J. Biol. Chem. 270, 30181–30186 13. Haehnel, W., Berzborn, R. J., and Andersson, B. (1981) Biochim. Biophys. Acta 637, 389 –399 14. Haehnel, W. (1984) Annu. Rev. Plant. Physiol. 35, 659 – 693 15. He, W.-Z., and Malkin, R. (1992) FEBS Lett. 308, 298 –300 16. Sommer, A., Ne’eman, E., Steffens, J. C., Mayer, A. M., and Harel, E. (1994) Plant Physiol. 105, 1301–1311 17. Sokolenko, A., Fulgosi, H., Gal, A., Altschmied, L., Ohad, I., and Herrmann, R. G. (1995) FEBS Lett. 371, 176 –180 18. Hager, H., and Holocher, K. (1994) Planta 192, 581–589 19. Inagaki, N., Mori, H., Fujita, S., Yamamoto, Y., and Satoh, K. (1995) in Photosynthesis: From Light to Biosphere (Mathis, P., ed) Vol. 3, pp. 783–786, Kluwer Academic Publishers Group, Drodrecht, Netherlands 20. Oelmu¨ller, R., Herrmann, R. G., and Pakrasi, H. B. (1996) J. Biol. Chem. 271, 21848 –21852 21. Kirwin, P. M., Elderfield, P. D., Williams, R. S., and Robinson, C. (1988) J. Biol. Chem. 263, 18128 –18132 22. Schlicher, T., and Soll, J. (1996) FEBS Lett. 379, 302–304 23. von Heijne, G., Steppuhn, J., and Herrmann, R. G. (1989) Eur. J. Biochem. 180, 535–545 24. Robinson, C., and Klo¨sgen, R. B. (1994) Plant Mol. Biol. 26, 15–24 25. Robinson, C., and Knott, T. G. (1996) in Molecular Genetics of Photosynthesis (Andersson, B., Salter, A. H., and Barber, J., eds) pp. 145–159, IRL Press at Oxford University Press, Oxford 26. Michl, D., Robinson, C., Shackleton, J. B., Herrmann, R. G., and Klo¨sgen, R. B. (1994) EMBO J. 13, 1370 –1317 27. Lorkovic, Z. J., Schro¨der, W. P., Pakrasi, H. B., Irrgang, K.-D., Herrmann, R. G., and Oelmu¨ller, R. (1995) Proc. Natl. Acad. Sci. U. S. A. 92, 8930 – 8934 28. Shi, L.-X., Schro¨der, W. P. (1997) Photosynth. Res. 53, 45–53 29. Porra, R. J., Thompson, W. A., and Kriedemann, P. E. (1989) Biochim. Biophys. Acta 975, 384 –394 30. Bradford, M. M. (1976) Anal. Biochem. 72, 248 –254 31. Markwell, M. A. K., Haas, S. M., Bieber, L. L., and Tolbert, N. E. (1978) Anal. Biochem. 87, 206 –210 32. Leegood, R. C., and Malkin, R. (1986) in Photosynthesis Energy Transduction: A Practical Approach (Hipkins, M. F., and Baker, N. R., eds) pp. 9 –26, IRL Press at Oxford University Press, Oxford 33. Laemmli, U. K. (1970) Nature 227, 680 – 685 34. Errede, E., Kamen, M. D., and Hatefi, Y. (1978) Methods Enzymol. 53, 45– 46 35. Porter, M. A., Milanez, S., Stringer, C. D., and Hartman, F. C. (1986) Arch. Biochem. Biophys. 245, 14 –23 36. Espı´n, J. C., Morales, M., Varo´n, R., Tudela, J., and Garcı´a-Ca´novas, F. (1995) Anal. Biochem. 231, 237–246 37. Boutry, M., and Chua, N.-H. (1985) EMBO J. 4, 2159 –2165 38. Arvidsson, P.-O., Bratt, C. E., Carlsson, M., and Åkerlund, H.-E. (1996) Photosynth. Res. 46, 141–149 39. Lundin, A., Rickardsson, A., and Thore, A. (1976) Anal. Biochem. 75, 611– 620 40. Fromme, P., and Gra¨ber, P. (1990) Biochim. Biophys. Acta 1016, 29 – 42 41. Matsudaira, P. (1987) J. Biol. Chem. 262, 10035–10038 42. Genetics Computer Group (1996) Program Manual for the Wisconsin Package, Version 9, Madison, WI 43. Scha¨gger, H., and von Jagow, G. (1987) Anal. Biochem. 166, 368 –379 44. Carter, D. P., and Staehlin, A. (1980) Arch. Biochem. Biophys. 2, 364 –373 45. Schro¨der, W. P., and Åkerlund, H.-E. (1986) Biochim. Biophys. Acta 848, 359 –363 46. Hayakawa, T., Kanematsu, S., and Asada, K. (1984) Plant Cell Physiol. 25, 883– 889 47. Barber, J., and Andersson, B. (1992) Trends Biochem. Sci. 17, 61– 66 48. Fischer, G., Wittmann-Liebold, B., Lang, K., Kiefhaber, T., and Schmid, F. X. (1989) Nature 337, 476 – 478 49. Pottosin, I. I., and Scho¨nknecht, G. (1995) J. Membr. Biol. 148, 143–156 50. Pottosin, I. I., and Scho¨nknecht, G. (1996) J. Membr. Biol. 152, 223–233 51. Andersson, B. (1992) in Trends in Photosynthesis Research (Barber, J., Guerrero, M. G., and Medrano, H., eds) pp. 71– 86, Intercept Ltd., Andover, UK 52. Heldt, H. W., Werdan, K., Milovancev, M., and Geller, G. (1973) Biochim. Biophys. Acta 314, 224 –241 53. Clark, R. D., and Hind, G. (1983) J. Biol. Chem. 258, 10348 –10354 54. Andersson, B., Jansson, C., Ljungberg, U., and Åkerlund, H.-E. (1985) in Molecular Biology of the Photosynthetic Apparatus (Arntzen, C., Bogorad, L., Bonitz, S., and Steinback, K., eds) pp. 21–31, Cold Spring Harbor Laboratory, Cold Spring Harbor, NY 55. Funk, C., Schro¨der, W. P., Napiwotzki, A., Tjus, S. E., Renger, G., and Andersson, B. (1995) Biochemistry 34, 11133–11141 56. Kuwabara, T., and Hashimoto, Y. (1990) Plant Cell Physiol. 31, 581–589 57. Sokolenko, A., Altschmied, L., and Herrmann, R. G. (1997) Plant Physiol. 115, 827– 832 58. Gal, A., Zer, H., and Ohad, I. (1997) Physiol. Plant. 100, 869 – 885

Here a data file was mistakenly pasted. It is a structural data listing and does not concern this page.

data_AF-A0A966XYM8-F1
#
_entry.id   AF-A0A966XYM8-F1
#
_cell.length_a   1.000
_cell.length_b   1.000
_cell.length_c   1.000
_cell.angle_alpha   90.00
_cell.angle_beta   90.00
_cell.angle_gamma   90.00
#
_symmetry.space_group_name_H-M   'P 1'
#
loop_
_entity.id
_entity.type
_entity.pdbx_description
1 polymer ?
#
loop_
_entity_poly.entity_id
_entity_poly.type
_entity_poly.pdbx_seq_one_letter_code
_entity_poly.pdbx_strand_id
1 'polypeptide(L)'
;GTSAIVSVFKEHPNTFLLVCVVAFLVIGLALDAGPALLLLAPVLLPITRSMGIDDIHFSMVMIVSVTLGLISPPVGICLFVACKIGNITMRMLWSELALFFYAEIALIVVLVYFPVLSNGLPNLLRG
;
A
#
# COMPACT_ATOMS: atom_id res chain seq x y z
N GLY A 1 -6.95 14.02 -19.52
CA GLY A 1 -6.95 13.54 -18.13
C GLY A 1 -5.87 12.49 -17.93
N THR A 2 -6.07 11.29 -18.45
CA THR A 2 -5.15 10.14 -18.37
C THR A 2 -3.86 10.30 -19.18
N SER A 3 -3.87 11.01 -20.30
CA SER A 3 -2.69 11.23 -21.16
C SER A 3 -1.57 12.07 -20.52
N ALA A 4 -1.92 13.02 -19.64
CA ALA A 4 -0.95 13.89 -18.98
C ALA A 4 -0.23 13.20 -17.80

Suggest Documents